Review by Sadhana Ramchander
The power a woman or an animal has when she is a mother—this is the idea that is central to Fiela’s Child. It also asks the question—is identity, which people give utmost importance to—an abstract thing after all?
It is a gripping story, set in 19th century rural South Africa, of a white 3-year old child, Benjamin, who has been brought up by Fiela Komoetie as one of her own children in a coloured household. When Benjamin is 12, he is suddenly taken away by census takers and is claimed by a white family of woodcutters. His identity is challenged and everything is different including his name.
The conflicts that Benjamin goes through with regard to his identity forms the crux of the novel. The integrity of Fiela in accepting this situation because she understands that the right thing must be done, the new mother’s unexcited acceptance of the return of ‘her’ child and the revenge of a mother elephant when her baby is killed by Benjamin’s new father…it is a powerful novel about emotions and instincts of women.
Yet it is also about the power of man. Dalene Matthee puts it thus, through the protagonist’s thoughts: “There was power in man that was different from the power of the sea or the power in the elephant. In man it was hidden where no one could see it and no one would know when it would emerge and where it would strike. For only man had the power to choose between destruction or preservation.”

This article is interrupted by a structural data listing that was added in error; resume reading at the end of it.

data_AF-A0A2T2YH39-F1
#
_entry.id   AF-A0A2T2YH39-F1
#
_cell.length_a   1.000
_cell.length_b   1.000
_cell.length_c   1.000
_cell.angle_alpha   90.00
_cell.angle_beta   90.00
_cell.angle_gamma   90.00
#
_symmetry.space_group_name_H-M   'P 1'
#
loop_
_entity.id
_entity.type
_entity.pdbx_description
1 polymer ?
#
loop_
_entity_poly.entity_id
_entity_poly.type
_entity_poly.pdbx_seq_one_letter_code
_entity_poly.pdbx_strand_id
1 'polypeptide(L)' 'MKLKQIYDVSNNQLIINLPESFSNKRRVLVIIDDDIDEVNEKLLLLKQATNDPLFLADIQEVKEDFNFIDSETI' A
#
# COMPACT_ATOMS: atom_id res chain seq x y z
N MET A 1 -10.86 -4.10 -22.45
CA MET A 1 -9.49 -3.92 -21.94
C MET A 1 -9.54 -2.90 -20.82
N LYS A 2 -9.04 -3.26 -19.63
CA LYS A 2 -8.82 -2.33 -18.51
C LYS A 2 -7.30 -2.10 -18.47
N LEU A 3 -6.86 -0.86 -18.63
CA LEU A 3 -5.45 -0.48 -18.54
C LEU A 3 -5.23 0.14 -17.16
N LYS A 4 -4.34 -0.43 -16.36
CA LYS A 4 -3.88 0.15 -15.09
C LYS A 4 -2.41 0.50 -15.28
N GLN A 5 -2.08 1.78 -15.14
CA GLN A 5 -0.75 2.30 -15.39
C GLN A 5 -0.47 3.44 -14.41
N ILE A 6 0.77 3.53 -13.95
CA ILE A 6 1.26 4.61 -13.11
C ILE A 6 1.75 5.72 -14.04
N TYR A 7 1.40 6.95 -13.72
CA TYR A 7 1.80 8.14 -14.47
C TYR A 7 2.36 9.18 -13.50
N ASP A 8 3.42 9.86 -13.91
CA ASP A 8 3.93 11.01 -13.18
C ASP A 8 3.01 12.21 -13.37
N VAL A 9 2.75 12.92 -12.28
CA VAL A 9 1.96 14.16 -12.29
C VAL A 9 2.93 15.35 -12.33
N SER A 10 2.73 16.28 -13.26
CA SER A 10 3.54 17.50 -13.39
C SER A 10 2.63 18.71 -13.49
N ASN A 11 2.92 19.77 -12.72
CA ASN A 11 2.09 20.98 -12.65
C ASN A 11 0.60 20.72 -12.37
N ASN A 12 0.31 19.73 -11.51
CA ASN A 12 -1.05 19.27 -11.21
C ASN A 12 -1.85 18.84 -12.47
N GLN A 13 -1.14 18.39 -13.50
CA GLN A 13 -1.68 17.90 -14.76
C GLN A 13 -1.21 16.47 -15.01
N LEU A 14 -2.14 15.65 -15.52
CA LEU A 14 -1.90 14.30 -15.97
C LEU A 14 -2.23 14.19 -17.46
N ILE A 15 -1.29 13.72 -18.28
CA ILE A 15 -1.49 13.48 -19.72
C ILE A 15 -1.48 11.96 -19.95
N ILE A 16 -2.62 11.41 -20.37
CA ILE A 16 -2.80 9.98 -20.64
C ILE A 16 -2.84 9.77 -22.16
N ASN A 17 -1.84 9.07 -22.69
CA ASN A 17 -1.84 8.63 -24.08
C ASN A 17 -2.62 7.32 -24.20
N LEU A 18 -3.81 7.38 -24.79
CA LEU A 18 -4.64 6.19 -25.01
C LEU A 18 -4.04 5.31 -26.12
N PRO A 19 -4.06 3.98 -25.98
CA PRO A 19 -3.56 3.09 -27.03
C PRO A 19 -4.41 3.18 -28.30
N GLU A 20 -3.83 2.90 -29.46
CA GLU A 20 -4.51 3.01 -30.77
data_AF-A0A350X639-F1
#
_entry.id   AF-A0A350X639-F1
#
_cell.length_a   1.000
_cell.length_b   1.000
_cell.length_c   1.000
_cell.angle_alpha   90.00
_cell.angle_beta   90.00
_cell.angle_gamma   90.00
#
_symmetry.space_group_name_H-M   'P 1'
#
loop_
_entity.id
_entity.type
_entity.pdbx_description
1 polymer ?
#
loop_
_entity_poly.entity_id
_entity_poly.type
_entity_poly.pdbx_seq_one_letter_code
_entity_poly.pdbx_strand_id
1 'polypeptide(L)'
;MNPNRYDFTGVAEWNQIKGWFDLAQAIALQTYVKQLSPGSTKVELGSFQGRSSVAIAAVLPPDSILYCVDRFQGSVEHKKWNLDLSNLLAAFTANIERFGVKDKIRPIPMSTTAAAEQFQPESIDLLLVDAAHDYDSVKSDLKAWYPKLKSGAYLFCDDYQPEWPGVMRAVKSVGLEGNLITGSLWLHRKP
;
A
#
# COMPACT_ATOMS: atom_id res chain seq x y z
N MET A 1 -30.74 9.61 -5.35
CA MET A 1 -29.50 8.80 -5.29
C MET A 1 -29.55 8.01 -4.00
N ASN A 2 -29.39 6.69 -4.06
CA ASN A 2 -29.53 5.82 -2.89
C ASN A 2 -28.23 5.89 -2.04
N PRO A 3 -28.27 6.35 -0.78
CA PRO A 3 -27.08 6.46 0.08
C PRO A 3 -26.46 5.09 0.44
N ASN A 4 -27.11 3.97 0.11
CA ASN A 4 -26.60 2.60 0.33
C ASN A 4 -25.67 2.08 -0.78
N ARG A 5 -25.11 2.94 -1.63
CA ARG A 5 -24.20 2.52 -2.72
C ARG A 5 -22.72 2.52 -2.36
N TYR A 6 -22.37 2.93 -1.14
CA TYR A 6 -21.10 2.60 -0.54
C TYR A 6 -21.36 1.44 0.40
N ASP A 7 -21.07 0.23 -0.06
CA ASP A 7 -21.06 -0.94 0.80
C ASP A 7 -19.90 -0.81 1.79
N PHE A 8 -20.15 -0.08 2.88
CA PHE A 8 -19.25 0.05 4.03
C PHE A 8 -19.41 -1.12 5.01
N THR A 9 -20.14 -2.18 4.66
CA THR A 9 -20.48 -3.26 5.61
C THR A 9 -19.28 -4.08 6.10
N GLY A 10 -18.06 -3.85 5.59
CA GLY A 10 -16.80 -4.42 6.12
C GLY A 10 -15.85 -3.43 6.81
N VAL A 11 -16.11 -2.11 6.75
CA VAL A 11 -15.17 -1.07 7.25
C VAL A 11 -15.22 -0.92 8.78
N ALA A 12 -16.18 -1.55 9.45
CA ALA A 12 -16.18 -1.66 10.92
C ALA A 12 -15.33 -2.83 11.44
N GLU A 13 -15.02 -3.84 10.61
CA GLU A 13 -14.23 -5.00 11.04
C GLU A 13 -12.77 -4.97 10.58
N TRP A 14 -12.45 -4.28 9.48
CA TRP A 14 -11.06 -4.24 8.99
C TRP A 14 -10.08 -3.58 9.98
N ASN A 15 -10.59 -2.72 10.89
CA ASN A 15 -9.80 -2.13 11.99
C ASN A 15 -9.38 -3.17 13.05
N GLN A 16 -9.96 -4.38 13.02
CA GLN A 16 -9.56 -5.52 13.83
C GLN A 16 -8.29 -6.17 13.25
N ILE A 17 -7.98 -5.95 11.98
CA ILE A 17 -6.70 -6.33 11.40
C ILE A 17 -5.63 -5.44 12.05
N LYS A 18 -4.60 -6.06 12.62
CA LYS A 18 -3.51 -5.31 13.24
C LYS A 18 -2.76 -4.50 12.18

The other thing I loved in Fiela’s Child is that elephants, trees, ostriches, the sea, the forest and the mountains are characters, as powerfully sketched as the people in the novel, and this, in addition to the strong storyline, makes it difficult to put down the novel.
(Fiela’s Child was given to me by Kamakshi when I visited their home in Mysore in December 2014, with a note to pass it on after I read it. Friends in Hyderabad—please feel free to borrow the book from me. My thanks to Kamakshi for this wonderful read.)